Like we’ve said before, don’t give them any money until you have the settlement offer in writing. And once you do, don’t give them access to your bank accounts—because they will wipe you out. Send a check or a prepaid debit card with the amount you agreed to until the debt is paid.

If you have debt collectors harassing you or you think they’re breaking any rules when it comes to the Fair Debt Collection Practices Act, you can report them to the Federal Trade Commission and your attorney general’s office.

Does Medical Debt Qualify for Bankruptcy?

Medical debt does qualify for bankruptcy. But you don’t get to pick and choose what debts get to be wiped out. That’s the court’s job.

Listen closely: Bankruptcy is a wrecking ball. It makes a mess of everything in your life. While some think it’s an answer to their problems, it actually causes a lot more. Not to mention what it does to you emotionally as you invite the courts to investigate your family’s every financial move over long periods of time.

When you’re faced with a mountain of medical debt—or any kind of debt—things can look bleak and feel pretty hopeless. But before you call a lawyer, consider doing everything in your power to avoid bankruptcy.

If you absolutely need to file, that’s okay. But it’s not your only option. Start negotiating, use the debt snowball method, and attack those debts with a vengeance!

What Happens to Medical Debt When You Die?

You know how the old saying goes: You can’t take it with you when you die. And in most cases, that includes medical debt.

When it comes to taking care of a loved one’s estate (especially a parent or grandparent), it’s natural to worry about any debt they left behind. Who pays it? Do you get stuck with their old medical bills? Will their estate cover the debt?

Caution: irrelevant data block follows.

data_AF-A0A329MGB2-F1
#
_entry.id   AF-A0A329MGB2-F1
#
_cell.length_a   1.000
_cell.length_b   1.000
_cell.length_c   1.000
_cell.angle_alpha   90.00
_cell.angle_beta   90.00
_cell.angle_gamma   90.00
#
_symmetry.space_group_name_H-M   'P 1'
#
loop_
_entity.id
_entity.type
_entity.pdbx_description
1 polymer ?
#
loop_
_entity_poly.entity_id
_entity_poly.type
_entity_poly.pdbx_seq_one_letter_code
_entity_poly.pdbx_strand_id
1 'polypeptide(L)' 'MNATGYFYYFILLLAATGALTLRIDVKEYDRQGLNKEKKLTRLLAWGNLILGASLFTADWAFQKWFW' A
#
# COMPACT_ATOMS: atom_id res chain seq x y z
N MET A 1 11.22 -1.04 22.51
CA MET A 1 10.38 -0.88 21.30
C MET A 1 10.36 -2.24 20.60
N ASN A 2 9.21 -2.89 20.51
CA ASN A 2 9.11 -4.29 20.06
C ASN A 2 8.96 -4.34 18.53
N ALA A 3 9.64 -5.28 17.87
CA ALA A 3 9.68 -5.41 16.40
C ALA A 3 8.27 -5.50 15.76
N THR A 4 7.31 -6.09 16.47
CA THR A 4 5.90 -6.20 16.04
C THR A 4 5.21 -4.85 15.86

What Is an Estate?

Great question. An estate is all of the money, property, and assets your friend or family member owned before they passed. There are two types of estates: solvent and insolvent.

With a solvent estate, debts are paid and there’s still money left to be used as it says in the will. With an insolvent estate, your loved one’s assets aren’t able to cover their debts. Most often, their home and other property like cars or land are sold to cover any outstanding debts. If they didn’t have much, these debts often go unpaid.2

Am I Personally Responsible for My Loved One’s Debt?

The short answer? No. Depending on what state you live in, debts are usually taken care of by your loved one’s estate. But just in case, let’s go over the few times you might be held responsible:

• You cosigned on a loan with the deceased

• You had a joint account (such as a credit card)

• If you owned property with the deceased (each state is different)

• If you live in a community property state (state law will require spouses to sell any assets to pay for the debt)3

What About the Will?

If your loved one’s estate is used to pay old debts, whatever’s left gets given out as they directed in their will. And if there’s nothing left, then you might not get that inheritance you thought was coming your way.

That’s why it’s so important to stay as far from debt as possible.

The moral of the story? Debt sucks. Whether it’s medical debt, credit card bills, car payments, student loans, or even debt from the IRS, it drains the life out of your future and leaves you stuck paying for your past—or your loved one’s past.

If you’re feeling the heavy burden of medical debt, there’s hope! With a plan, hard work and a few sacrifices, you can stop worrying and start living. Debt-free and worry-free living is on the other side of this mountain, and a free trial of Ramsey+ can help you get there. Are you ready?

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Get a FREE Customized Plan for Your Money!